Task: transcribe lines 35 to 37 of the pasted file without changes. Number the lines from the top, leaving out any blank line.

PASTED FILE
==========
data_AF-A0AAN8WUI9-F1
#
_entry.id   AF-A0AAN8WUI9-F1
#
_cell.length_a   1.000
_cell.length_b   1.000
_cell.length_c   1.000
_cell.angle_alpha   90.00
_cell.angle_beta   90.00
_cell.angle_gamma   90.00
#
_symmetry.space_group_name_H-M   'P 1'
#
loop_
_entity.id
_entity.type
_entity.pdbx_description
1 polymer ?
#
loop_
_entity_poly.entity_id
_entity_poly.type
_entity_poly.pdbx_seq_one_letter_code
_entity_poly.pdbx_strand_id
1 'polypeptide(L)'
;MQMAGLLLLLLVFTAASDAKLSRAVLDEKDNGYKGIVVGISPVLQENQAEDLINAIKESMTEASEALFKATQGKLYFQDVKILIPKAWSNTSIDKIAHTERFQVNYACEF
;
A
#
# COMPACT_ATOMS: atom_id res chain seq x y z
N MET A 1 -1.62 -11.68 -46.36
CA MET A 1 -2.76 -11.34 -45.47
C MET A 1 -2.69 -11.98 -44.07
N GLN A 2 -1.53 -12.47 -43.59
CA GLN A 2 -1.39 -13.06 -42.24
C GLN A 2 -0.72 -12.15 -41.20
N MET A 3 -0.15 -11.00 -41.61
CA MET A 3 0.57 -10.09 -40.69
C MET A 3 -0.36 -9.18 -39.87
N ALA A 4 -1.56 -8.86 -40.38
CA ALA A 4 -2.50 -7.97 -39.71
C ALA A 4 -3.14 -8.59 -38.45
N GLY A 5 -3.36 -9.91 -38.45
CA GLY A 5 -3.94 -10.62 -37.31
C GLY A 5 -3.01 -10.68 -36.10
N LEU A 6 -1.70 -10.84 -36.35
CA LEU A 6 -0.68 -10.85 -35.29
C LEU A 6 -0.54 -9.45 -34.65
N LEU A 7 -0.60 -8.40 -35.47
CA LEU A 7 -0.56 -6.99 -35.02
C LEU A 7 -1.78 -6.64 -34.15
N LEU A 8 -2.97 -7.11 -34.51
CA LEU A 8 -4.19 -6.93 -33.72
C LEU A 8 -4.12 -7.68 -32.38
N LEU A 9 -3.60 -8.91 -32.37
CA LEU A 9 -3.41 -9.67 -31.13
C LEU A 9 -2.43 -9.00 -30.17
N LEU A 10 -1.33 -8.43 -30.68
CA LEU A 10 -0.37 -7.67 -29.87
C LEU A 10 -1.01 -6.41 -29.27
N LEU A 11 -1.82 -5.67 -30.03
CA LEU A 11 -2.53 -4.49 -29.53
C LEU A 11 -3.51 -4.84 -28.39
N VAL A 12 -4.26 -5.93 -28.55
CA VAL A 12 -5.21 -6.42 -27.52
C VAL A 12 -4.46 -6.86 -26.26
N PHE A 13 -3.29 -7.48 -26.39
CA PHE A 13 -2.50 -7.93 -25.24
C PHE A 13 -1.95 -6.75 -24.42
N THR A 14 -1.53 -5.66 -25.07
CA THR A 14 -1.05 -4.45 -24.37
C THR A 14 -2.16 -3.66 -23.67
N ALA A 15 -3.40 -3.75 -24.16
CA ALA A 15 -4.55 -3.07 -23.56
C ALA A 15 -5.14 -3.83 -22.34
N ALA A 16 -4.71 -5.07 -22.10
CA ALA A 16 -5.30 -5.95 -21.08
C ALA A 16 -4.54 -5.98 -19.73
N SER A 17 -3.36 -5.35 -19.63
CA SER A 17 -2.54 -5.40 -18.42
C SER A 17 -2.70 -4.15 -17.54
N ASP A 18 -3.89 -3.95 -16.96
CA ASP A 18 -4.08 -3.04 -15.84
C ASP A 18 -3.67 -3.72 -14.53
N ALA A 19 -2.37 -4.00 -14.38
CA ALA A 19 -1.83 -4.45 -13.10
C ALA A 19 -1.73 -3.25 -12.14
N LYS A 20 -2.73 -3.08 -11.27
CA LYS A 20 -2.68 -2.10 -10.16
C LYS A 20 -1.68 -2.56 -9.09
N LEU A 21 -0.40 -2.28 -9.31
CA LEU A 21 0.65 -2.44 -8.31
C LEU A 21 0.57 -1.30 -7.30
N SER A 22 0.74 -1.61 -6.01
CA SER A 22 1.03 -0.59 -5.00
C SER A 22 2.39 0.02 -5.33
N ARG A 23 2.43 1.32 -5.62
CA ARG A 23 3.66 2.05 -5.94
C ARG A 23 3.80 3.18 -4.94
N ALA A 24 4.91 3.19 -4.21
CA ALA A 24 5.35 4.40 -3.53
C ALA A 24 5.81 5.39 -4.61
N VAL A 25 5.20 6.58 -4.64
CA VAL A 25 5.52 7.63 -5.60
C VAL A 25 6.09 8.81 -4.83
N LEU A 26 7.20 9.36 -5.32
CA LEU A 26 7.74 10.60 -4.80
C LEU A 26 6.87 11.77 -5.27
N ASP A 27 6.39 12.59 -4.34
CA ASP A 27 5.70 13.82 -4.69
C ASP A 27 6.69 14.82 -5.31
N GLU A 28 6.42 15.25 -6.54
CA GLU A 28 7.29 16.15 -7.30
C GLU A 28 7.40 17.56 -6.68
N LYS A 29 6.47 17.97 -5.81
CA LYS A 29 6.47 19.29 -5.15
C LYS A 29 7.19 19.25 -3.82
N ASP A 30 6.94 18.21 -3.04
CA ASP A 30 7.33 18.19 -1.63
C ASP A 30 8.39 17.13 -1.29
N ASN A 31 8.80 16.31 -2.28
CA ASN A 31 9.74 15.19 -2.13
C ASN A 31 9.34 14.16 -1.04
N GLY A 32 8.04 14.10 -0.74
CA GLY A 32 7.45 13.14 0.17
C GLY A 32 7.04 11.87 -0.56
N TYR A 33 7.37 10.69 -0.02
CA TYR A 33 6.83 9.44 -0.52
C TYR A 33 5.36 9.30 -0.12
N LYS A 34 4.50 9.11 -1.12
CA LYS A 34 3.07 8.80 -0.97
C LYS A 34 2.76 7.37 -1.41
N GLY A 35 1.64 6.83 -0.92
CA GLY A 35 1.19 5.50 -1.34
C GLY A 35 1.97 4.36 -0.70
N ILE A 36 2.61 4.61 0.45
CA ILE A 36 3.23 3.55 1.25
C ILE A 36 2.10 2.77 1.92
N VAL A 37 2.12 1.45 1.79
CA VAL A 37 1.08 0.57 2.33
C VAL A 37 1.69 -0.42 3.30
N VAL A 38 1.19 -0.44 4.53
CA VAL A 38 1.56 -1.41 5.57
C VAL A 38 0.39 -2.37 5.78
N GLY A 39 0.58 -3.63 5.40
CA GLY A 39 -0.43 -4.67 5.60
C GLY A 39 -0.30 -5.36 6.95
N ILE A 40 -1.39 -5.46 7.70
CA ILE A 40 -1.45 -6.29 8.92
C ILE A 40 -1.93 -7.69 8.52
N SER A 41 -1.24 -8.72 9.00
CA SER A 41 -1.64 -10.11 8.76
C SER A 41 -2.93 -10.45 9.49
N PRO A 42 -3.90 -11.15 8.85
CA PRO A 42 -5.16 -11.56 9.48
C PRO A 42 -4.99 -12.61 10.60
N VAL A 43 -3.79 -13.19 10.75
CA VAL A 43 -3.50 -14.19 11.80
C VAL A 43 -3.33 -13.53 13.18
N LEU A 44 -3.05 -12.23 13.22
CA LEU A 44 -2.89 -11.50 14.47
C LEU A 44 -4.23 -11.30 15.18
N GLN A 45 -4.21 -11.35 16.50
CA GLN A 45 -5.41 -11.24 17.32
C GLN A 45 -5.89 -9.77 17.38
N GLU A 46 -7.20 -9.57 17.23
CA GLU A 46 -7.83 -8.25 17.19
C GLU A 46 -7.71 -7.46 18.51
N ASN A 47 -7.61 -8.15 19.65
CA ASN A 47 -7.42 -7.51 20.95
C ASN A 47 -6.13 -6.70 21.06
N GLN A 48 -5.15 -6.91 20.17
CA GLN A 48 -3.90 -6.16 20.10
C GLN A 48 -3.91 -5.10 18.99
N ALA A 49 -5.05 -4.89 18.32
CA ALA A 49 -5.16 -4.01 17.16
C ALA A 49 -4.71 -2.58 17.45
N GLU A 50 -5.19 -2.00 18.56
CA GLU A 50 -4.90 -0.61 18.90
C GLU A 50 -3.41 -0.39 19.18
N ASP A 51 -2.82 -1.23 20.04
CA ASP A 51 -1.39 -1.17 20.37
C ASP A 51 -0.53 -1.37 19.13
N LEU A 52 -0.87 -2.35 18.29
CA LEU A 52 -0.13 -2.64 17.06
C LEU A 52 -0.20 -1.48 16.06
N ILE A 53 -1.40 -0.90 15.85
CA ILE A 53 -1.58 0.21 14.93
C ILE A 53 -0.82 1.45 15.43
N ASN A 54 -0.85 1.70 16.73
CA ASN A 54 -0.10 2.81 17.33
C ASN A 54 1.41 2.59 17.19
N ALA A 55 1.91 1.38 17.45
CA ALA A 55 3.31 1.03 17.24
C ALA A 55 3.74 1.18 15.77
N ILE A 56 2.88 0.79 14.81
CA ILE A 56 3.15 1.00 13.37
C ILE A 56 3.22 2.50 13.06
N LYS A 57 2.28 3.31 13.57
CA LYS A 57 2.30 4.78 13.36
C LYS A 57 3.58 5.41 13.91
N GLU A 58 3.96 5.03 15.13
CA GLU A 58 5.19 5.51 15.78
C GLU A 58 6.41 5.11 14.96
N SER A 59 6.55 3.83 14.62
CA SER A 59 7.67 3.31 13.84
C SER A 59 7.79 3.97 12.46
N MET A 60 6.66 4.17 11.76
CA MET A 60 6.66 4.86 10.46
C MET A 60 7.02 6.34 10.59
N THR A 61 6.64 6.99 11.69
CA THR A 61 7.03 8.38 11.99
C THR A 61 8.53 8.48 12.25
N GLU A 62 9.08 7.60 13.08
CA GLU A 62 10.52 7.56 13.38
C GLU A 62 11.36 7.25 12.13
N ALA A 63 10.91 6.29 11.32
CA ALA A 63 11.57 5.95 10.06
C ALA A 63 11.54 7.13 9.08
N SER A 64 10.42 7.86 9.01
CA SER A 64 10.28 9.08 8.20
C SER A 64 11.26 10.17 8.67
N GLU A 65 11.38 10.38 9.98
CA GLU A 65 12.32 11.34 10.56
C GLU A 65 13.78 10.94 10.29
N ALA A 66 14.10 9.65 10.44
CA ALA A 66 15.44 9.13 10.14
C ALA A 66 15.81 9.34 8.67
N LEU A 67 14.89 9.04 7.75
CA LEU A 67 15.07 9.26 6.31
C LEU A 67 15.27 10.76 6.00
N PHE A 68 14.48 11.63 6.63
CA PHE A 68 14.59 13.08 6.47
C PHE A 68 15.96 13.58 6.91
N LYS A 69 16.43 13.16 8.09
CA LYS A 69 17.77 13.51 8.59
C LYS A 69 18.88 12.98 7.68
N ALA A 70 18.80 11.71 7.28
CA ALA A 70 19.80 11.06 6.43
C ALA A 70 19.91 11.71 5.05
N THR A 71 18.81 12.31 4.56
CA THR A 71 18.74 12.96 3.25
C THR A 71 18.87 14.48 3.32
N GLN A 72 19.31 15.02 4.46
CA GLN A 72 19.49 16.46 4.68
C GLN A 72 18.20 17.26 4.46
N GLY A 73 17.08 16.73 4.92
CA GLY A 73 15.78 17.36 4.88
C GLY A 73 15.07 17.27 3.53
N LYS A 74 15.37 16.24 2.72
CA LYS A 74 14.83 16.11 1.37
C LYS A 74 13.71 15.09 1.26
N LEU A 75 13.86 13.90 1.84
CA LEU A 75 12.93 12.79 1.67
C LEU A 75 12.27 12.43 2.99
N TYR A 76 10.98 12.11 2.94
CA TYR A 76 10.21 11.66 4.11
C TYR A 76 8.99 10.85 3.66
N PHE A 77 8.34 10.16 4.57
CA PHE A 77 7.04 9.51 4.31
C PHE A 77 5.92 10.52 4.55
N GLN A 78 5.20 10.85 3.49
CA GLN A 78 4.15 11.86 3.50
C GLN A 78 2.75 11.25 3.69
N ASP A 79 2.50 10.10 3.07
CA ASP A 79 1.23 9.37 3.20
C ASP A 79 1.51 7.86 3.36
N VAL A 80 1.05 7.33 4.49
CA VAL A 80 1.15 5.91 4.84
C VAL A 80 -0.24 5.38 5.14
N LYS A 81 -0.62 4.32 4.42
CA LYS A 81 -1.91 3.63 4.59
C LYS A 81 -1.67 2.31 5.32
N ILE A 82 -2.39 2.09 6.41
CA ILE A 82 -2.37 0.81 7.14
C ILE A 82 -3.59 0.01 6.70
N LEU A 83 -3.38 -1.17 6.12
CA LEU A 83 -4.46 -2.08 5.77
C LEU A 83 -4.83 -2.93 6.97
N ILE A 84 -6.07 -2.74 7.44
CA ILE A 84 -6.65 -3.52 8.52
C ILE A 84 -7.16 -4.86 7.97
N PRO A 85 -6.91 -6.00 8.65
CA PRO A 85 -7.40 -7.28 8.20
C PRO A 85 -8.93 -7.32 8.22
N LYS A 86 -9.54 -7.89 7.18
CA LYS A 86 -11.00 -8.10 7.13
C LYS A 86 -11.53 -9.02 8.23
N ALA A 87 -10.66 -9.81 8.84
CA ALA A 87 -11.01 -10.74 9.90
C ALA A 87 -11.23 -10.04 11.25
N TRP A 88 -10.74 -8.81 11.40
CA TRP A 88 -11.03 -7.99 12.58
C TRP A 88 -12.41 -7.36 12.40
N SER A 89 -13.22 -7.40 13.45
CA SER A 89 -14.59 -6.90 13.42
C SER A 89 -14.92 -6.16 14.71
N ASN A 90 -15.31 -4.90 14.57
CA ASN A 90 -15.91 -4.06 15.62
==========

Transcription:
CA GLN A 2 -1.39 -13.06 -42.24
C GLN A 2 -0.72 -12.15 -41.20
N MET A 3 -0.15 -11.00 -41.61